Kids First Community Center introduces new adult education program

By AMALIA KORTRIGHT/Staff Writer

ALABASTER- The Kids First Community Learning Center held a celebration for Shelby County Adult Education Day on Nov. 15 at the Shelby County Schools Professional Development Office in Alabaster.

During the event, Kids First kicked off their new adult education and outreach program, Bridge of Hope. Bridge of Hope was designed to help adults in the community through education on professional development skills.

“There’s so much hate and violence and crime in life. Today is a day of encouragement. No matter what it is, we’re all going through something,” Kids First Community Learning Center Executive Director Cindy Hawkins said.

Hawkins said that Kids First was originally inspired to start Bridge of Hope after seeing several generations of students pass through Kids First programs.

“There are adults who we helped when they were younger, and now we’re helping their kids. Because the kids’ parents needed help, we started the program,” Hawkins said. “It helps the parents get prepared for a job and to keep the job.”

According to Hawkins, Bridge of Hope will help parents develop interview and resume skills, provide help with ACT and GED testing and hold workshops for parents.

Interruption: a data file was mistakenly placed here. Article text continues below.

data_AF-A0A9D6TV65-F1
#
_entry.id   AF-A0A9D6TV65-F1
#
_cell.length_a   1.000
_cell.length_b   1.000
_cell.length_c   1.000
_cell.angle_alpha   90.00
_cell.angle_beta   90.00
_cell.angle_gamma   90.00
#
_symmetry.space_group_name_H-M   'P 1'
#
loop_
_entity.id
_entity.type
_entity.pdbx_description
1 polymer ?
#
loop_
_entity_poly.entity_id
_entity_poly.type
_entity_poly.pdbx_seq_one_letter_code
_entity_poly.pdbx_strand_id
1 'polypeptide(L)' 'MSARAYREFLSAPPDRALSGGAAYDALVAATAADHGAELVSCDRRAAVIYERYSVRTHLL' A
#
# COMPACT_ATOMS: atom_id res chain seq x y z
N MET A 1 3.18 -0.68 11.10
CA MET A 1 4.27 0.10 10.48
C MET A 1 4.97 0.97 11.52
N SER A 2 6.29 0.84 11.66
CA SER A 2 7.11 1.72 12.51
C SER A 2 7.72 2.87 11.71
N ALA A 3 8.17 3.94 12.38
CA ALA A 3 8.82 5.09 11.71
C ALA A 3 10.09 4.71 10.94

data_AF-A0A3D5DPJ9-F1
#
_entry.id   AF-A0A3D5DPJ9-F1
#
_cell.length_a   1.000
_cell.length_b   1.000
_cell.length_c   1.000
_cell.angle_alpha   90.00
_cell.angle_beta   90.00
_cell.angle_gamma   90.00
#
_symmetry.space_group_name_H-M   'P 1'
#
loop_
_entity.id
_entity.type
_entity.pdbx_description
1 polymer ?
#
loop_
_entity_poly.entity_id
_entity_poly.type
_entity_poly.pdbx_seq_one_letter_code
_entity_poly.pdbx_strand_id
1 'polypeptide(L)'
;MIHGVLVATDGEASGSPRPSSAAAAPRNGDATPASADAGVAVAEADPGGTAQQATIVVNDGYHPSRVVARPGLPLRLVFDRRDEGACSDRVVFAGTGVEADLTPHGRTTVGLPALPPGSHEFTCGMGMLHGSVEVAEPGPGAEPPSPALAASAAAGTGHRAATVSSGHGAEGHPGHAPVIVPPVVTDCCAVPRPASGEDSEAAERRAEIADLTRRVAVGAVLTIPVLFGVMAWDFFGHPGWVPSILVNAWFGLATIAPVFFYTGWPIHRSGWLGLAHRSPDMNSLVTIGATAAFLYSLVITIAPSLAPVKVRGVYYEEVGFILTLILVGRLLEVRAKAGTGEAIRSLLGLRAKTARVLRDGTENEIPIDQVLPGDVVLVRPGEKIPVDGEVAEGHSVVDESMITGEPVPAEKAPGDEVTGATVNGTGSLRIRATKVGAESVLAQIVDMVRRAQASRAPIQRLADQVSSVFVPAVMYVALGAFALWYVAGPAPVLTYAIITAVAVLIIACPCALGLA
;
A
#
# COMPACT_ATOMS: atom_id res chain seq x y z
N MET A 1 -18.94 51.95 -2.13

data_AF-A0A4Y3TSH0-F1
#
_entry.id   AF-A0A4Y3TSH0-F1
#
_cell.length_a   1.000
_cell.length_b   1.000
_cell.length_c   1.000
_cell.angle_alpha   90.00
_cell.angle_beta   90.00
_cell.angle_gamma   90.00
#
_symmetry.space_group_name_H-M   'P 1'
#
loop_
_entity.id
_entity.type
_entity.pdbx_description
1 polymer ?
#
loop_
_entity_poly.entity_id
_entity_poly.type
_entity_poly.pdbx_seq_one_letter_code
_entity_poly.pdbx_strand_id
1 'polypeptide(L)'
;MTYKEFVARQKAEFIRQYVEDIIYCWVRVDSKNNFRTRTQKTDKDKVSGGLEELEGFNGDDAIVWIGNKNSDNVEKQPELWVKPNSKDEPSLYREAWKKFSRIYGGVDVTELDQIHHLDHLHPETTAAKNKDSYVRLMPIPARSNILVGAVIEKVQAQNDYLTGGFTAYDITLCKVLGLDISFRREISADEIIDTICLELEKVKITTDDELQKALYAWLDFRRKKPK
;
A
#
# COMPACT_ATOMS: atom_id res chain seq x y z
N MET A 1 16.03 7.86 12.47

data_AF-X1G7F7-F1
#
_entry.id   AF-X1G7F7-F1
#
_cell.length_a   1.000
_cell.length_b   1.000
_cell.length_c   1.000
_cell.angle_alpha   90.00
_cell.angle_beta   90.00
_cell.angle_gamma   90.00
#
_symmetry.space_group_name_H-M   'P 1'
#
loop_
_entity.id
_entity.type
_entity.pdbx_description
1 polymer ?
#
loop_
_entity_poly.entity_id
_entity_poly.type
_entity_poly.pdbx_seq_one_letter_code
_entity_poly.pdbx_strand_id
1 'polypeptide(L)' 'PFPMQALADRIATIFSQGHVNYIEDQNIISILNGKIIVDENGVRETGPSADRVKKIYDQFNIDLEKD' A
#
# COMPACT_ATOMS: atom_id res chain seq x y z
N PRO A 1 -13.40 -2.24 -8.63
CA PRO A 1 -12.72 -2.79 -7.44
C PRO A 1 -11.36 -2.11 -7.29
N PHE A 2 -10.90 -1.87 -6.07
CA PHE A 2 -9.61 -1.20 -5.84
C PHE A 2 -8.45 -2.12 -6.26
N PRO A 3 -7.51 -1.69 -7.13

Hawkins said that having a better education often leads to financial stability, which gives parents more opportunities to better provide for their children.

“It’s going to help, because through education, jobs and resources, we will provide children with a stable home. It’s going to increase both the children’s and the parents’ likelihood of success in the future,” Hawkins said. “We want to encourage, connect and inspire the future generations to do better through education.”

Organizations that have collaborated with Kids First for the program include the State of Alabama and Shelby County Boards of Education, the Alabaster Career Center, the Literacy Council of Central Alabama and Gateway Counseling.

“This is where we make a difference in the lives of individual people. There is always some difficulty that precedes the reward at the end,” Alabama State Board of Education Board Member Stephanie Bell said.